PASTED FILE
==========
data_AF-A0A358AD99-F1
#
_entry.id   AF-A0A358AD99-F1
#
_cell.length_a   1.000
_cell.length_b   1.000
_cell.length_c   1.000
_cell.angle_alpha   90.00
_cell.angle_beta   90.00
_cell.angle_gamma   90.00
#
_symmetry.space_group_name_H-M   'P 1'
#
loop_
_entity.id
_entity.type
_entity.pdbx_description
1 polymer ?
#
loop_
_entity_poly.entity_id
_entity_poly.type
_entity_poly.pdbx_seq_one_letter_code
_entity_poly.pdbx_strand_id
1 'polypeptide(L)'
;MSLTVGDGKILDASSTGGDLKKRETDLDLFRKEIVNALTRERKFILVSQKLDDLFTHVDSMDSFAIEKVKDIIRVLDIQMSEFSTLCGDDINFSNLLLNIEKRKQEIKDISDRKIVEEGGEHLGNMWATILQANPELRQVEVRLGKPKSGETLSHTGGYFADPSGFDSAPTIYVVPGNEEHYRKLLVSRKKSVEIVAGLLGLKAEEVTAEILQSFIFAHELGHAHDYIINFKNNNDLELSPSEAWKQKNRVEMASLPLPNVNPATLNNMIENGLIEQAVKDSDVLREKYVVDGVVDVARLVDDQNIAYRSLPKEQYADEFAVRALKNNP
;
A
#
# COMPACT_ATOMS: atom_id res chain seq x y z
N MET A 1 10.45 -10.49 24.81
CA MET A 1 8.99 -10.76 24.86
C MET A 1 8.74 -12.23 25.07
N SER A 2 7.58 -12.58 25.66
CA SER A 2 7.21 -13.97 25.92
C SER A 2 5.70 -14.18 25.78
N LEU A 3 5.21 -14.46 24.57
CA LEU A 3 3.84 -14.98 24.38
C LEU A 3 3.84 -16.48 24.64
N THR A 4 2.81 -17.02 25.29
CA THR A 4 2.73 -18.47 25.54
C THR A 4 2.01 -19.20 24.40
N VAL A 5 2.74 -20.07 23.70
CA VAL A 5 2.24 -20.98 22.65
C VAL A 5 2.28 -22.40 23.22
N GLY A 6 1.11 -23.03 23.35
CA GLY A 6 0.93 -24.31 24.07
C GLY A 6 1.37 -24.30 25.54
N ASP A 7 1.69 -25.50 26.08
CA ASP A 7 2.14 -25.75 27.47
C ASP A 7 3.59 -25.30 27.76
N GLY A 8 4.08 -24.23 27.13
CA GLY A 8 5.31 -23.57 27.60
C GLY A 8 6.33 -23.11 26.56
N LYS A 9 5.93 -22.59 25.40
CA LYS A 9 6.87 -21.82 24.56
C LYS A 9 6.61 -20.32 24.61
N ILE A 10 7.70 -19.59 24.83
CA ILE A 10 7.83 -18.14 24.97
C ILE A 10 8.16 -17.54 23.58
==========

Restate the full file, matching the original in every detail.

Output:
data_AF-A0A358AD99-F1
#
_entry.id   AF-A0A358AD99-F1
#
_cell.length_a   1.000
_cell.length_b   1.000
_cell.length_c   1.000
_cell.angle_alpha   90.00
_cell.angle_beta   90.00
_cell.angle_gamma   90.00
#
_symmetry.space_group_name_H-M   'P 1'
#
loop_
_entity.id
_entity.type
_entity.pdbx_description
1 polymer ?
#
loop_
_entity_poly.entity_id
_entity_poly.type
_entity_poly.pdbx_seq_one_letter_code
_entity_poly.pdbx_strand_id
1 'polypeptide(L)'
;MSLTVGDGKILDASSTGGDLKKRETDLDLFRKEIVNALTRERKFILVSQKLDDLFTHVDSMDSFAIEKVKDIIRVLDIQMSEFSTLCGDDINFSNLLLNIEKRKQEIKDISDRKIVEEGGEHLGNMWATILQANPELRQVEVRLGKPKSGETLSHTGGYFADPSGFDSAPTIYVVPGNEEHYRKLLVSRKKSVEIVAGLLGLKAEEVTAEILQSFIFAHELGHAHDYIINFKNNNDLELSPSEAWKQKNRVEMASLPLPNVNPATLNNMIENGLIEQAVKDSDVLREKYVVDGVVDVARLVDDQNIAYRSLPKEQYADEFAVRALKNNP
;
A
#
# COMPACT_ATOMS: atom_id res chain seq x y z
N MET A 1 10.45 -10.49 24.81
CA MET A 1 8.99 -10.76 24.86
C MET A 1 8.74 -12.23 25.07
N SER A 2 7.58 -12.58 25.66
CA SER A 2 7.21 -13.97 25.92
C SER A 2 5.70 -14.18 25.78
N LEU A 3 5.21 -14.46 24.57
CA LEU A 3 3.84 -14.98 24.38
C LEU A 3 3.84 -16.48 24.64
N THR A 4 2.81 -17.02 25.29
CA THR A 4 2.73 -18.47 25.54
C THR A 4 2.01 -19.20 24.40
N VAL A 5 2.74 -20.07 23.70
CA VAL A 5 2.24 -20.98 22.65
C VAL A 5 2.28 -22.40 23.22
N GLY A 6 1.11 -23.03 23.35
CA GLY A 6 0.93 -24.31 24.07
C GLY A 6 1.37 -24.30 25.54
N ASP A 7 1.69 -25.50 26.08
CA ASP A 7 2.14 -25.75 27.47
C ASP A 7 3.59 -25.30 27.76
N GLY A 8 4.08 -24.23 27.13
CA GLY A 8 5.31 -23.57 27.60
C GLY A 8 6.33 -23.11 26.56
N LYS A 9 5.93 -22.59 25.40
CA LYS A 9 6.87 -21.82 24.56
C LYS A 9 6.61 -20.32 24.61
N ILE A 10 7.70 -19.59 24.83
CA ILE A 10 7.83 -18.14 24.97
C ILE A 10 8.16 -17.54 23.58